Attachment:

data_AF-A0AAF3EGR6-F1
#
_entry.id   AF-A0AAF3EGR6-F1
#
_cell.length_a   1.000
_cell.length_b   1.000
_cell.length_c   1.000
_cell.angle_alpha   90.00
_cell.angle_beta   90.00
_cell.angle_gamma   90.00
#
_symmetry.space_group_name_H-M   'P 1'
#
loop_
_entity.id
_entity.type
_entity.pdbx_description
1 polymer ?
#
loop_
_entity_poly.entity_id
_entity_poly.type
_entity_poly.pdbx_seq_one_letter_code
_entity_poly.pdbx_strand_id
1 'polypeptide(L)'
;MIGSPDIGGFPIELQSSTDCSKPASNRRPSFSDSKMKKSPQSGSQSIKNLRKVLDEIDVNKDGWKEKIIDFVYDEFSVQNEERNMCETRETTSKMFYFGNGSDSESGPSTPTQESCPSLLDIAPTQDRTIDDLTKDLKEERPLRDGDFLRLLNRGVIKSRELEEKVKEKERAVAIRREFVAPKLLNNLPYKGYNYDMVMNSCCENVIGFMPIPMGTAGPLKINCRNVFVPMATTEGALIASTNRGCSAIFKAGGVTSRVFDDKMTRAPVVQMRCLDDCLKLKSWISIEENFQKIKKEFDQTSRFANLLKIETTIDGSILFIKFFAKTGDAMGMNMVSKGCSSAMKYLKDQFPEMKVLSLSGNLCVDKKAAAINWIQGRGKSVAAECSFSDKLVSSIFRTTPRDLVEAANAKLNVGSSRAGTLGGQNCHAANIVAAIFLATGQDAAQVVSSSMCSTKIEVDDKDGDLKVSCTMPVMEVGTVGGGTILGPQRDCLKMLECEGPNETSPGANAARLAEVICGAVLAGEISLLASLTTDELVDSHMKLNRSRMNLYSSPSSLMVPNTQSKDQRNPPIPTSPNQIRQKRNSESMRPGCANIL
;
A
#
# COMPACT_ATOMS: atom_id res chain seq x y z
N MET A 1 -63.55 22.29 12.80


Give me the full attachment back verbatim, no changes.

data_AF-A0AAF3EGR6-F1
#
_entry.id   AF-A0AAF3EGR6-F1
#
_cell.length_a   1.000
_cell.length_b   1.000
_cell.length_c   1.000
_cell.angle_alpha   90.00
_cell.angle_beta   90.00
_cell.angle_gamma   90.00
#
_symmetry.space_group_name_H-M   'P 1'
#
loop_
_entity.id
_entity.type
_entity.pdbx_description
1 polymer ?
#
loop_
_entity_poly.entity_id
_entity_poly.type
_entity_poly.pdbx_seq_one_letter_code
_entity_poly.pdbx_strand_id
1 'polypeptide(L)'
;MIGSPDIGGFPIELQSSTDCSKPASNRRPSFSDSKMKKSPQSGSQSIKNLRKVLDEIDVNKDGWKEKIIDFVYDEFSVQNEERNMCETRETTSKMFYFGNGSDSESGPSTPTQESCPSLLDIAPTQDRTIDDLTKDLKEERPLRDGDFLRLLNRGVIKSRELEEKVKEKERAVAIRREFVAPKLLNNLPYKGYNYDMVMNSCCENVIGFMPIPMGTAGPLKINCRNVFVPMATTEGALIASTNRGCSAIFKAGGVTSRVFDDKMTRAPVVQMRCLDDCLKLKSWISIEENFQKIKKEFDQTSRFANLLKIETTIDGSILFIKFFAKTGDAMGMNMVSKGCSSAMKYLKDQFPEMKVLSLSGNLCVDKKAAAINWIQGRGKSVAAECSFSDKLVSSIFRTTPRDLVEAANAKLNVGSSRAGTLGGQNCHAANIVAAIFLATGQDAAQVVSSSMCSTKIEVDDKDGDLKVSCTMPVMEVGTVGGGTILGPQRDCLKMLECEGPNETSPGANAARLAEVICGAVLAGEISLLASLTTDELVDSHMKLNRSRMNLYSSPSSLMVPNTQSKDQRNPPIPTSPNQIRQKRNSESMRPGCANIL
;
A
#
# COMPACT_ATOMS: atom_id res chain seq x y z
N MET A 1 -63.55 22.29 12.80